In 1983, Screamtime limped out on video around the world, an incredibly grotty omnibus film set initially – and for no good reason – in New York, where layabout bums Ed (Vincent Russo) and Bruce (Michael Gordon) steal a pile of video cassettes from shop owner Kevin Smith (no, not that Kevin Smith) and hightail it to a friend’s apartment for an evening of illicit viewing. What they end up watching are actually three short British films made earlier in the 1980s by Michael Armstrong and Stanley Long. The films all had limited theatrical releases in supporting slots and were subsequently re-edited into this frankly rather dull omnibus film to give them a new lease of life on video.

The first film to be released, in January 1981, was Dreamhouse which actually appears second in this compilation. It follows the exploits of Tony (Ian Saynor) and Sue (Yvonne Nicholson), a newly married couple whose new house is apparently infested with mice. But when the bath starts filling with blood and the power refuses to work properly, it soon becomes clear that we’re back in Amityville Horror territory. And who’s that young boy who rides around the garden on a bike, then promptly vanishes into thin air? After much skulking about in the dark witnessing strange visions, and the intervention of a dotty medium, an answer is provided in the final moments; after Sue suffers a nervous breakdown, a new family moves in and Tony is murdered by an escaped killer, events witnessed psychically in advance by Sue.

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Though cliched and old hat, Dreamhouse is at least very watchable. Director Stanley Long (working under the Americanised pseudonym Al Beresford for the compilation version) mounts one or two quite creditable, if minor, shock scenes, but it must be said that the construction is all over the place; the vignette is far too long and leisurely to do the material justice, though the ending is a genuinely decent shock. Dreamhouse got a second theatrical release just before Screamtime was released in 1983 when it turned up supporting The Evil Dead on its initial UK release.

Chronologically, the next film to be released was That’s the Way To Do It released in November 1982 and sometimes known as Killer Punch. Born loser Jack Grimshaw (the excellent Robin Bailey from The Mouse on the Moon (1963) and Blind Terror (1971)) is at his wits end – his Punch and Judy business is failing, his wife Lena (Ann Lynn, from The Black Torment (1964)) is threatening to run off to Canada and his troubled and troublesome teenage step-son Damien (Johnathan Morris, better known to British TV viewers as sensitive Scouse poet Adrian Boswell in the inexplicably popular sitcom Bread (1986-1991)) is just being plain obnoxious and disturbing. The latter comes to a sticky end in a strange but effectively staged bit of business on a beach after he threatens to torch Jack’s beloved puppets, and Lena is battered to death in her own bed. Anyone who’s seen Dead of Night (1945) or possesses even a modicum of cognitive ability will have sussed that Jack has flipped out and assumed the identity of his Punch doll to do away with his appalling family.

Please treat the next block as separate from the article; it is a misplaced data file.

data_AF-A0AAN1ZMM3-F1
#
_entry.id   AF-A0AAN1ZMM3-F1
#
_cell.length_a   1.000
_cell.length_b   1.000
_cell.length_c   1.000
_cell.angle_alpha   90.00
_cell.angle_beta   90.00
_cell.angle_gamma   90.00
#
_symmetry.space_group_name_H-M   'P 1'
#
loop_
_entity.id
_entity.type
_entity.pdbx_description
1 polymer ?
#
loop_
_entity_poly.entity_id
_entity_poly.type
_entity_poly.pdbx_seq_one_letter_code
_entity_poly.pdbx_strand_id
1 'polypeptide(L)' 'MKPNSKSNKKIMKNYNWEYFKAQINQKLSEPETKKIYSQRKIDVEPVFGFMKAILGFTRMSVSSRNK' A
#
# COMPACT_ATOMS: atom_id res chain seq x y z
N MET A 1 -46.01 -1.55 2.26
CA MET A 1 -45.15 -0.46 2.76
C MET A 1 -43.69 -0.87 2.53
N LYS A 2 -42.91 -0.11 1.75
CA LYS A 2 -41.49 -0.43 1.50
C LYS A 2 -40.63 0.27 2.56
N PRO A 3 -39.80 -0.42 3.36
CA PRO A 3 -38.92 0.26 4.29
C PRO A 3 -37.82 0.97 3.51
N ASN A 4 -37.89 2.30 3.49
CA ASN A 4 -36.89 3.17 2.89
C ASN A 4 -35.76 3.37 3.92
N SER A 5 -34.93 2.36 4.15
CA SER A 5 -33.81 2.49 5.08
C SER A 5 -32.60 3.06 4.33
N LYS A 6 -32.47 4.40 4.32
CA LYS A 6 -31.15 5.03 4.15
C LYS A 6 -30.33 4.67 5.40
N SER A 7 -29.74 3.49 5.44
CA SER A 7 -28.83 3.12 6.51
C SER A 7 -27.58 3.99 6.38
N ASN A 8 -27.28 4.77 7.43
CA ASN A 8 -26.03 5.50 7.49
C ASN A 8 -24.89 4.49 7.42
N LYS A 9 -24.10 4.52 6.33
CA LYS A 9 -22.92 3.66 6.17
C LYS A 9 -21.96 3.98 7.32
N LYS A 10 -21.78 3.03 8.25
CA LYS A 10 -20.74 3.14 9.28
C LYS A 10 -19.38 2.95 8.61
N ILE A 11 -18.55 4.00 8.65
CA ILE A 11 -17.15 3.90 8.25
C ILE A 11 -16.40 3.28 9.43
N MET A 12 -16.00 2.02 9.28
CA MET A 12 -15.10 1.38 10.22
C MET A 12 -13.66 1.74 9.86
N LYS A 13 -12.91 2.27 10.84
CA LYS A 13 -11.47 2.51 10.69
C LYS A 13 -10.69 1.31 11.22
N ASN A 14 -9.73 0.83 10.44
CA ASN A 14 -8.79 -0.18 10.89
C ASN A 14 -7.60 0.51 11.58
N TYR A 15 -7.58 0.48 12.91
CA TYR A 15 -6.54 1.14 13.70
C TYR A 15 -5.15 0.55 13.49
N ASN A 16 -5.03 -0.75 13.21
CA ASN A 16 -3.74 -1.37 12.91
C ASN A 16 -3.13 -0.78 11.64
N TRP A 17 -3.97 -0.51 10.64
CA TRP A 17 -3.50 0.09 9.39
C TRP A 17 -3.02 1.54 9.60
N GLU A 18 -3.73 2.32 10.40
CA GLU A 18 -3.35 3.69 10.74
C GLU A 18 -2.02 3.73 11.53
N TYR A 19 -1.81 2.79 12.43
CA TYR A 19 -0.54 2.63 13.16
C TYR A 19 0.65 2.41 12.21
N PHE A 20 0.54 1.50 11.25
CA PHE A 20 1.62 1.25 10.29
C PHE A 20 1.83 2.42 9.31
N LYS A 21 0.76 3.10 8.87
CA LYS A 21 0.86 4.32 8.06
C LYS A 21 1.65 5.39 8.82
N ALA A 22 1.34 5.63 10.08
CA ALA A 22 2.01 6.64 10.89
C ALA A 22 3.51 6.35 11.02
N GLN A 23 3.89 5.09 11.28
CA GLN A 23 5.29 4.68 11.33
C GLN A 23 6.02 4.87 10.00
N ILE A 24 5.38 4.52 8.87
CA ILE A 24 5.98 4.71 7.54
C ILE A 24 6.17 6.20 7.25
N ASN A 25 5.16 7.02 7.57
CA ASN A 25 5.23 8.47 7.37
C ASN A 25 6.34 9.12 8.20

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Over-familiarity with the basic premise really prevents this tale – the opening segment of Screamtime – from ever getting airborne, though there’s some sickly comic mileage to be had from scenes of a maniacal Punch doll beating a policeman to death while screeching “That’s the way to do it!” However, the material is so bland and unoriginal that it ends with Jack falling to his death while pursuing the heroine across a rooftop.

But Robin Bailey gives an excellent turn as the deranged Jack and there are some genuinely surprising jolts along the way, making it the best of the three films. Armstrong’s script offers absolutely nothing new but it does it with some panache and Long keeps things ticking along at a fair old pace.

Finally there was Do You Believe in Fairies?, released in February 1983 and by far and away the worst of the batch. David Van Day, the male half of pop duo Dollar, stars as Gavin Martin, a down-on-his-luck motocross racer who finds employment with eccentric sisters Emma and Mildred (Dora Bryan and Jean Anderson) as a gardener/handyman. Initially, Gavin dismisses the old dears’ ramblings about fairies as the result of creeping senility, but when he leads his friends on a nocturnal raid on the house to steal the women’s horde of jewels, he discovers that not only do the fairies exist, but they’re a rather nasty bunch to boot.

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A daft idea is rather blandly brought to the screen by Long who doesn’t really seem to warm to Armstrong’s script this time as much as he had in the first two films. Van Day is hopeless in the lead role (his acting career was as short-lived as his music career with Do You Believe in Fairies? being his only big screen appearance) but Bryan and Anderson are charming as the dotty old sisters whose affable senility hides a much darker secret. Its biggest liability, besides Van Day, is that the special effects just don’t cut it.

A mixed bag then, but certainly all worth watching at least once – though sadly their only official release was on the Screamtime video, so you’re lumbered with the tedious framing story. They were almost the last gasps of a once-noble art, the British horror short that vanished altogether later in the decade as patterns of cinema distribution and presentation changed forever.

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